Senate President Bill Cadman is working on a bill that would require a public vote before agricultural land can be declared blighted and eligible for urban renewal tax incentives, according to a draft version of the bill that The Gazette has seen.
The bill doesn't have a number yet and one of the sponsors told the Denver Business Journal that it may not be introduced in the final days of the legislative session.
Such legislation could impact the Gaylord Rockies hotel and conference center project in Aurora, where the City Council voted to declare 125 acres of undeveloped agricultural land near the Denver International Airport blighted. That vote paved the way for the city to offer millions in tax increment financing incentives that will use increased tax revenue from the development in the future to pay for some of the developer's expenses.
The Aurora Economic Development Council announced Tuesday construction had begun on the project, which has faced delays because of legal challenges of various financial incentives involved in the project, including an estimated $300 million to $400 million in incentives from the city of Aurora and $81.4 million in state sales tax incentives.
"This would be a retro-active measure targeted at Gaylord after we have begun construction," Wendy Mitchell, president and CEO of the Aurora Economic Development Council, said in a statement. "Jobs for Coloradans are at stake - 10,000 of them - the first of those started working this week. To try to kill this project now is telling those people to put down their hard hats and go home."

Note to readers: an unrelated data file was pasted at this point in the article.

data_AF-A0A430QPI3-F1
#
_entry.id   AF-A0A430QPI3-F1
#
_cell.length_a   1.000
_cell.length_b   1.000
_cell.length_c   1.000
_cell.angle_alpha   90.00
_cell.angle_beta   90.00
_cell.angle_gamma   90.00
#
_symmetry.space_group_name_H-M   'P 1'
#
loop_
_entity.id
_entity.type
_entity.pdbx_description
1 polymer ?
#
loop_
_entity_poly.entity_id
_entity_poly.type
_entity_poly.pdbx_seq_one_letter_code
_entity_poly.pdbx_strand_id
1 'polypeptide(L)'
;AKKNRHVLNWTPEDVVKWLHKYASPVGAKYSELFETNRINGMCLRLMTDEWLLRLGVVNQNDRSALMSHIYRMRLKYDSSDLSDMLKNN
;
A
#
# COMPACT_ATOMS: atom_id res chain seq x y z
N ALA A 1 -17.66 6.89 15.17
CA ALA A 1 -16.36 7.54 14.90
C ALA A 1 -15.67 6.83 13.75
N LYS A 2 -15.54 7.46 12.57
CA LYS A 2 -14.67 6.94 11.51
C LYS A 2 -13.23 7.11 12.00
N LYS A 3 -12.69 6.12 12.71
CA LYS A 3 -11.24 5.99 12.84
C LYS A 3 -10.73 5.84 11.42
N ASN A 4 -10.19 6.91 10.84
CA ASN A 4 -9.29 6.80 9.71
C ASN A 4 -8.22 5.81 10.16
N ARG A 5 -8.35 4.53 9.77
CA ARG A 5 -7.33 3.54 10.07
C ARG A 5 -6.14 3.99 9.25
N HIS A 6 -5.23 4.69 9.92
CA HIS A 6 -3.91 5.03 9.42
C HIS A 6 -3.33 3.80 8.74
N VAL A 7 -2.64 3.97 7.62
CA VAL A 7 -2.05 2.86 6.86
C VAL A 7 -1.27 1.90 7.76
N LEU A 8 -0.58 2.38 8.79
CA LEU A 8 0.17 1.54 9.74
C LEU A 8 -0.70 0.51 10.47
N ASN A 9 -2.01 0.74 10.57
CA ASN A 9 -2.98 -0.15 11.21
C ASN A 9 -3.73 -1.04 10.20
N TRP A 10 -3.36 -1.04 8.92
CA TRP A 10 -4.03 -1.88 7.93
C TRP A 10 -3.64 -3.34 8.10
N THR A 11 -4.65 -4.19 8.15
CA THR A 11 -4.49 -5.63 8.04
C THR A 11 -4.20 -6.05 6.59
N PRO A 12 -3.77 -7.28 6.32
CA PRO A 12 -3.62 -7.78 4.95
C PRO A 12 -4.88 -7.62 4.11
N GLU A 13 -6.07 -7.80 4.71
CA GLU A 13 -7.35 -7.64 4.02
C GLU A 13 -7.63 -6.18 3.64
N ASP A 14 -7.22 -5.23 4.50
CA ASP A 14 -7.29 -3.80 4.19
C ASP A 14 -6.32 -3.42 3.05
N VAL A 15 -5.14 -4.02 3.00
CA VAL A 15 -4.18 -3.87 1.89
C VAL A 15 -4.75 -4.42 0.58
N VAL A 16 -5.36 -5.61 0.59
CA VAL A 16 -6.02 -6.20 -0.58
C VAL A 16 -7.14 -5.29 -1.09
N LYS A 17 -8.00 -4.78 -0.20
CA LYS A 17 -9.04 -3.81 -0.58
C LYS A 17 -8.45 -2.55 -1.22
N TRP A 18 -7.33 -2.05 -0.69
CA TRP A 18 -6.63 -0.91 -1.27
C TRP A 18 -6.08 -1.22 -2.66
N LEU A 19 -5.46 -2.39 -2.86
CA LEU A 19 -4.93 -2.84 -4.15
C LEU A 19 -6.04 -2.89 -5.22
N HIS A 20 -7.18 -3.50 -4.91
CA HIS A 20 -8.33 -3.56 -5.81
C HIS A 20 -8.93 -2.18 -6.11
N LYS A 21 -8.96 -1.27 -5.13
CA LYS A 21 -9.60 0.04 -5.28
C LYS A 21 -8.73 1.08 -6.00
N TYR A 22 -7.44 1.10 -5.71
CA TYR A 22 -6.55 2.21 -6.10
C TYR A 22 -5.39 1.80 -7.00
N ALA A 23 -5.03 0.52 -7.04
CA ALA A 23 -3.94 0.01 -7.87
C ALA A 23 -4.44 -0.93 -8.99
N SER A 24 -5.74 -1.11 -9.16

Cadman, R-Colorado Springs, was not available Thursday for an interview.
Senate Majority Leader Mark Scheffel told the Business Journal that the bill was not aimed specifically at the Gaylord Rockies project.
"There's certainly a lot of discussion on this topic, and involving a vote of the people usually represents good government," Scheffel was quoted in the paper. "This is obviously a complex area with a lot of moving parts."
As worded, the bill would prohibit tax revenue from being transferred to a developer without a vote of the people if the land in question started with an agricultural designation.
Lawmakers have tried in the past to prevent the Urban Renewal law from being used to give incentives to developers of agricultural land.
In 2010 lawmakers passed a bill that the sponsors said would close a loophole in the law allowing agricultural land to qualify for tax increment financing incentives intended to subsidize expensive infill development of urban areas.
But that law, House Bill 1107, included language allowing such projects to move forward as long as there was agreement from all of the other taxing entities involved, including school districts and county governments.
Colorado Springs used a blight designation on agricultural land for the Copper Ridge at Northgate development where there is now a Bass Pro Shop. The city placed an additional 1 percent annual sales tax on the property and through tax increment financing that revenue will go to the planned extension of Powers Boulevard.